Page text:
Konrad Raiser, general secretary of the World Council of Churches (WCC), has sharply criticized inequalities in the international credit system on which the global economy is based, claiming it is loaded against the debtor nations.

Raiser, who is making his first visit to Bangladesh, made his criticisms at a public meeting in Dhaka on March 11 on "Jubilee and Third World Debt." Several speakers at the meeting endorsed Raiser's keynote address. Delegates called for "moral and ethical values" to be imposed on the international credit system.

"The approach to managing debt crisis has been so far dictated almost exclusively by the creditor nations. The system itself is flawed and needs correction," said Raiser in his address to more than 200 academics, social activists, lawyers and business people who attended the seminar.

The creditor nations and the international financial institutions were "interested in maintaining the stability of the system and flow of debt-service payments," he said.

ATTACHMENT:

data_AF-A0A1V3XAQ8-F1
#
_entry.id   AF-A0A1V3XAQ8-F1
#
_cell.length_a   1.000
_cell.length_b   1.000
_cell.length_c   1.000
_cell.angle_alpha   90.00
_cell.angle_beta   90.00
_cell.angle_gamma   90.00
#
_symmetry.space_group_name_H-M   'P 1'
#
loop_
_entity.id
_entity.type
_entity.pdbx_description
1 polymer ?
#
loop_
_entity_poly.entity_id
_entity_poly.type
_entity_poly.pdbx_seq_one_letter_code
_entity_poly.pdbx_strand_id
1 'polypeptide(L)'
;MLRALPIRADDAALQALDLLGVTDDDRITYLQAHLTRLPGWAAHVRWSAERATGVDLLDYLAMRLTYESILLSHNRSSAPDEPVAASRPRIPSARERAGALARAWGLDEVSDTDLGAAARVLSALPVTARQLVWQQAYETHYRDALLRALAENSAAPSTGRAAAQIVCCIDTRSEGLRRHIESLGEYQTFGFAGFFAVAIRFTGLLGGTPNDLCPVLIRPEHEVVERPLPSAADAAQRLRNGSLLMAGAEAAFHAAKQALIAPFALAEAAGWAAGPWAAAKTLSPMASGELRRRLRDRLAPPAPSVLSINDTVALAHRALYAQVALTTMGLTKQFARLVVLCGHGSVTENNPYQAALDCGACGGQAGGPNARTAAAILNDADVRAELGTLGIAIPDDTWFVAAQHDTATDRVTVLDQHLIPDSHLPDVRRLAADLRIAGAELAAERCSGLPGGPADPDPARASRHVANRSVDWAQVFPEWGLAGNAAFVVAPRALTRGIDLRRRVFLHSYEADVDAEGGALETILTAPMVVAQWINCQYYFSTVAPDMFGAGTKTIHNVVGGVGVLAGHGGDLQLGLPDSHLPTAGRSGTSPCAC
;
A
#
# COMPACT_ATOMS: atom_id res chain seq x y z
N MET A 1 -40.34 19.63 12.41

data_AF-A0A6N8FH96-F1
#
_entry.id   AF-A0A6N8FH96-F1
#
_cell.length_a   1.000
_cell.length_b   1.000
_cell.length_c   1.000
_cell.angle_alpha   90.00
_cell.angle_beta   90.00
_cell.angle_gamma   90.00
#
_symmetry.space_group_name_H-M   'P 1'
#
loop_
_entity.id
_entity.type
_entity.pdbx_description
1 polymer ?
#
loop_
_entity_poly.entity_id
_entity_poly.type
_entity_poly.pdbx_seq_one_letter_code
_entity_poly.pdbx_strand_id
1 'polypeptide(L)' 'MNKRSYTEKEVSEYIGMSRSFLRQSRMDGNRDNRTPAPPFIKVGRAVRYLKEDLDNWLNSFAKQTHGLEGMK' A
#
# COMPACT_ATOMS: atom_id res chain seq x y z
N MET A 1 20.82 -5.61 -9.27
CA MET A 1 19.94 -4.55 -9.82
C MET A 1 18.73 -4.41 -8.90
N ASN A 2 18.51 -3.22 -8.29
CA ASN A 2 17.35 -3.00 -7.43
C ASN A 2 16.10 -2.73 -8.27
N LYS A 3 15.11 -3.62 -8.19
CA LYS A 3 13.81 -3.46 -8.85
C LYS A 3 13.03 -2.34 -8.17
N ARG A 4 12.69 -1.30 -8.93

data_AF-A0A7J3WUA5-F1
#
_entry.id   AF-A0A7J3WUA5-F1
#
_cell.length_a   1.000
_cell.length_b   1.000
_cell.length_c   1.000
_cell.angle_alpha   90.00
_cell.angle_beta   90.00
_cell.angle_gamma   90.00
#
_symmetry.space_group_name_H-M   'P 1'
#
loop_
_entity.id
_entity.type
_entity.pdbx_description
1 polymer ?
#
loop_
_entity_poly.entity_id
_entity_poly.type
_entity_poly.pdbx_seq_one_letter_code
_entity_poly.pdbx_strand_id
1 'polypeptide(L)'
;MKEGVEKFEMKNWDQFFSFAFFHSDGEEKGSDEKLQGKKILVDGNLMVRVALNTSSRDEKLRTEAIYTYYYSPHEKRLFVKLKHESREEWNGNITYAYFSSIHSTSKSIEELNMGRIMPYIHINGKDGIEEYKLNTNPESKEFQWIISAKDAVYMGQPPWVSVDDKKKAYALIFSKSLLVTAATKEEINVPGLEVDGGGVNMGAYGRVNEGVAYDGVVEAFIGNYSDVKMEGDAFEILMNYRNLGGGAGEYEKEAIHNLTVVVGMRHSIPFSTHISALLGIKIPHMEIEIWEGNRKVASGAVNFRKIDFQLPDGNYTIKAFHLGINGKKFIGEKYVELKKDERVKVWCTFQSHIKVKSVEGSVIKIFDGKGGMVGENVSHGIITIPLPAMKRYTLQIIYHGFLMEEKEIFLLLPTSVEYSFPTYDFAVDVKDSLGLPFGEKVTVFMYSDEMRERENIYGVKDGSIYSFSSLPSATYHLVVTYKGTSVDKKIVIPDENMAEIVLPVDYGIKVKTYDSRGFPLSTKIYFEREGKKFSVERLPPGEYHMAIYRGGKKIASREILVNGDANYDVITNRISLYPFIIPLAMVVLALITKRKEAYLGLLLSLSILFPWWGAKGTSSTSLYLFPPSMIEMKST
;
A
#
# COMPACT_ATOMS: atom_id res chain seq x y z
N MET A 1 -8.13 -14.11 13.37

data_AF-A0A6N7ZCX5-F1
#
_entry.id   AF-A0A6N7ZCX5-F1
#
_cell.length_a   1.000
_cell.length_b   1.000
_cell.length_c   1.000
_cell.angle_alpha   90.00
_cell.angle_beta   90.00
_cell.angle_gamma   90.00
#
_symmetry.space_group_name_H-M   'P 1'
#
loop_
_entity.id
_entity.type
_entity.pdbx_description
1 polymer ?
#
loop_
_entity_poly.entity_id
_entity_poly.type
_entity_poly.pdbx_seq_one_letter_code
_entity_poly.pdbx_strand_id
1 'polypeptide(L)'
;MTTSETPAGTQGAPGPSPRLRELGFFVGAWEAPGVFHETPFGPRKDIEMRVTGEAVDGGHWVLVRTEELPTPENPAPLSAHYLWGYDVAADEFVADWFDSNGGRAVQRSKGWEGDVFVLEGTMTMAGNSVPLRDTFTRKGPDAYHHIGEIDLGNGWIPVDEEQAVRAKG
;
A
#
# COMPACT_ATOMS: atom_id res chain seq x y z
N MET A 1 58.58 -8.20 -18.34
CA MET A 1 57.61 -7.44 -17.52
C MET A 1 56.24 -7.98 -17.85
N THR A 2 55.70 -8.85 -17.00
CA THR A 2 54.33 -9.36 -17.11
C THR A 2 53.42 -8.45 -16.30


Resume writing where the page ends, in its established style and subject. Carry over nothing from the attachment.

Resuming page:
The debt "relief" initiated by donor governments and international financial institutions for the debtor nations in the early 1990s had comprised "schemes to stretch the period for repayment" based on structural-adjustment programs, said the WCC general secretary.

He pointed out in his 50-minute lecture that these measures called for reduction in public spending and stimulating export-oriented production, and thereby "reduced the ability of governments to respond to the immediate needs of the population." As a result, governments in heavily indebted developing nations were forced by international creditors to curtail spending on health, education, clean water and infrastructure development.

"These measures have aggravated and severely undermined ...

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